After traveling the world for years, starring in some of the ski genre’s most acclaimed films, Tom Day made the successful switch to the other side of the lens, as a cinematographer. Since then, he’s shot action sports, commercials and documentaries for top names including Warren Miller Entertainment. Day began shooting with 16mm and 35mm cameras and more recently moved to digital video. “No matter what format, I’ve been using Sachtler fluid heads from the outset,” said Day.
“When I started shooting with DSLR cameras, I admit, I tried a different, cheaper tripod. We did a test trip to Alaska late last year in preparation for our trip to photograph The Push.” Day served as the film’s director of photography and on-location director. “It follows two adaptive athletes pushing the limits and themselves in the most inhospitable place on the planet – the South Pole.”
“We learned quickly that we were up against tremendous odds,” he said. “At temperatures from 0 to -15 degrees, our equipment would seize up in the cold so I couldn’t do a simple pan. When I came back, I knew I needed new support. So, it was back to my trust in Sachtler.”
“The specs on the FSB 8 went to -40 degrees – exactly what I needed for this journey. I’d chosen the Sony NX5 and the Canon 7D cameras. I’ve found that one of the biggest mistakes people make is to undersize their tripod. When you get on the long end of the lens you get into a shaky situation, so you have to go with solid support. By choosing the FSB 8 system, we still had a lightweight, 75mm ball to attach to smaller legs, and we could go long, and handle the extremes we faced.”
Traveling to the location was not easy. Day’s equipment needed to pack easily, travel lightly and set up quickly. “I had to carry everything as we flew to Antarctica, journeyed to the staging area at Union Glacier, then flew to The Last Degree (the 89th degree below the South Pole). We then packed everything on our sleds and followed adaptive athlete Grant Korgan, as he did the 72-mile trip up to the 90th degree – the South Pole.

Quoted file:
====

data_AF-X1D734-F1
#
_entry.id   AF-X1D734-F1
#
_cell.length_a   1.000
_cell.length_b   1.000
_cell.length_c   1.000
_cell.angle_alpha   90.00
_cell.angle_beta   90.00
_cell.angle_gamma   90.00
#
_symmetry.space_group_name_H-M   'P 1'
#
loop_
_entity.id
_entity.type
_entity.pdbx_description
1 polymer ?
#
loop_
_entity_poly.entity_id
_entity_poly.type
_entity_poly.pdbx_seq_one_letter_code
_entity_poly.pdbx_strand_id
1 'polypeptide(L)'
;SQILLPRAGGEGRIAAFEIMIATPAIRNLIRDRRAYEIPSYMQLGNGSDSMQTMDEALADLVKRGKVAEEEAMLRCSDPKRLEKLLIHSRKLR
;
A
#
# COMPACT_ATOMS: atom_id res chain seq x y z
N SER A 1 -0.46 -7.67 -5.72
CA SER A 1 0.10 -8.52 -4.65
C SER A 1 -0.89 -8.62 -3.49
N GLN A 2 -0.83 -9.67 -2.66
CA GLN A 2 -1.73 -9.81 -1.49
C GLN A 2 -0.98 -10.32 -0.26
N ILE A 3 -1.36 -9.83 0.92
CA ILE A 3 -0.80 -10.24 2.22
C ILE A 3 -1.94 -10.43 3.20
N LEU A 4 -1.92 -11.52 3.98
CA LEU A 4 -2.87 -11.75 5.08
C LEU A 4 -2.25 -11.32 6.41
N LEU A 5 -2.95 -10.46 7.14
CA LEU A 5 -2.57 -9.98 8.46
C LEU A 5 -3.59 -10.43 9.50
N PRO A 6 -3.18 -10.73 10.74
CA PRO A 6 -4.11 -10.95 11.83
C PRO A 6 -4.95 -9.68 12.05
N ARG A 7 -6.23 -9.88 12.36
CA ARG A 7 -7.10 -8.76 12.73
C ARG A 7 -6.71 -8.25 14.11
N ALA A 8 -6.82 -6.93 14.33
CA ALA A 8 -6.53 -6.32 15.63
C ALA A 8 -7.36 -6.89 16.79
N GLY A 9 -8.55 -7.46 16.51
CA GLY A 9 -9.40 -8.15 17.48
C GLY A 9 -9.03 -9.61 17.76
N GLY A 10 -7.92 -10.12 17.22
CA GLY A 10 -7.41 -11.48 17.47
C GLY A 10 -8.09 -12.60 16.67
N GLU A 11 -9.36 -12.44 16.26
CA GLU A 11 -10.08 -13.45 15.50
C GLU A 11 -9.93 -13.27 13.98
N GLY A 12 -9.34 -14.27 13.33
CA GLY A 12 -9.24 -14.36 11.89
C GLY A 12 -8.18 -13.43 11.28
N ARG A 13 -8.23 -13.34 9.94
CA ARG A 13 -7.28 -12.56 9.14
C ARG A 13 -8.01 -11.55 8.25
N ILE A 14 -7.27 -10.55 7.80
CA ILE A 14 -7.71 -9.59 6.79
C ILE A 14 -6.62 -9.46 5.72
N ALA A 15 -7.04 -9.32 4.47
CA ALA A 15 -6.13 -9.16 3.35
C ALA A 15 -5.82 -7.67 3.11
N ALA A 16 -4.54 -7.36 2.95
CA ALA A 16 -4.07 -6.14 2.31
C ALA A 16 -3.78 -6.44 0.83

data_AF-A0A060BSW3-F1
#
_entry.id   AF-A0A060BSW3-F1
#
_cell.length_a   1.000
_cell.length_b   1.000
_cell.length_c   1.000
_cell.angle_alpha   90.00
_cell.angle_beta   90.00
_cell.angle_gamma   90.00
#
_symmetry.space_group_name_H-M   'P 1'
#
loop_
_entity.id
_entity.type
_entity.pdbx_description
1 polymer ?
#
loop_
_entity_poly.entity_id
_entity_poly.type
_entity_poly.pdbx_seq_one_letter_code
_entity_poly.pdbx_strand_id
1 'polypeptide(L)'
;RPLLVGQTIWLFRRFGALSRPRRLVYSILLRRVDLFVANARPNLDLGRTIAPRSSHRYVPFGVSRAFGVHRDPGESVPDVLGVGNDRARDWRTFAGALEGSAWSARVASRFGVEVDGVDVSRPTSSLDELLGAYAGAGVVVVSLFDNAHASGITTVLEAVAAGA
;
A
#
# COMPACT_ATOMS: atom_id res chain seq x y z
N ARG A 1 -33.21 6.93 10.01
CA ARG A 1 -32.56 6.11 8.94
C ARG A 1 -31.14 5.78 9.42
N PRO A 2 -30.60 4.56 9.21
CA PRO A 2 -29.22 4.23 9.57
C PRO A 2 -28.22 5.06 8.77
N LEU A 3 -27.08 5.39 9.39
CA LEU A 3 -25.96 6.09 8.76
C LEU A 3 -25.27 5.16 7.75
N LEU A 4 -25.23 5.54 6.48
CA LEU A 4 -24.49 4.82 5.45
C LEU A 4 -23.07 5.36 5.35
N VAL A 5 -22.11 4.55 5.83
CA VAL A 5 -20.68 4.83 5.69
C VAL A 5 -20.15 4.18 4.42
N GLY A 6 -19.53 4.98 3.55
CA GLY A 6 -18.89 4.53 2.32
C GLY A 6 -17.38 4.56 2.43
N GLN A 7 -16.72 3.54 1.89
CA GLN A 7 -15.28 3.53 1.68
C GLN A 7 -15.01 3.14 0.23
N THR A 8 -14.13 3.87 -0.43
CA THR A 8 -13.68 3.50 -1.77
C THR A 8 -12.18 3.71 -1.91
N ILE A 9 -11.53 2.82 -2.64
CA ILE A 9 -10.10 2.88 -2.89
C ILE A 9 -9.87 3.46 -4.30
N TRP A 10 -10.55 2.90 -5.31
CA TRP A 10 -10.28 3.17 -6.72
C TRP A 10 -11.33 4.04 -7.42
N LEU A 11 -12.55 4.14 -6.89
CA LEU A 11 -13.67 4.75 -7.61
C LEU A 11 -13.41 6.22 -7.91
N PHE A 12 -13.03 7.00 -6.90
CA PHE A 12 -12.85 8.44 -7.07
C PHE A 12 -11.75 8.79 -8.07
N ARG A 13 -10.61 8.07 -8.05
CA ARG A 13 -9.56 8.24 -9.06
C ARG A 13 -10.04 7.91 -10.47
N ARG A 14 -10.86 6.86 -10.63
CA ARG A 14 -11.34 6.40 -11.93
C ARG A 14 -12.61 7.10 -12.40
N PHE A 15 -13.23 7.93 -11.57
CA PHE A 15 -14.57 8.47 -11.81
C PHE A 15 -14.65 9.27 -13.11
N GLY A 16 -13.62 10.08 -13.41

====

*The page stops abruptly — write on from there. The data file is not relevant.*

“We did roughly six to eight miles a day, depending on conditions,” Day explained. “The average temperature was -30 to -40 degrees. Our food, tents and so forth were tied down to our sleds, with the camera package on top. The Sachtler FSB 8 was crucial to the shoot. Since we could move faster than Grant, we stayed ahead of him. We’d find a spot, pull out the equipment, set up and shoot, then pack up and move on.”
“It got so that I didn’t even think about the cruel environment that I was putting the Sachtler through,” he added. “I trusted it so much, I knew, when it came to panning shots, no matter what the temperature, it would give me what I wanted and more.”
The Push, which follows adaptive athletes across the frozen Antarctic landscape shows the capacity of the human spirit to overcome life-altering injuries and live up to their potential, is now in postproduction. When finished, the project team will submit it to various film festivals and hopes it will also air on television.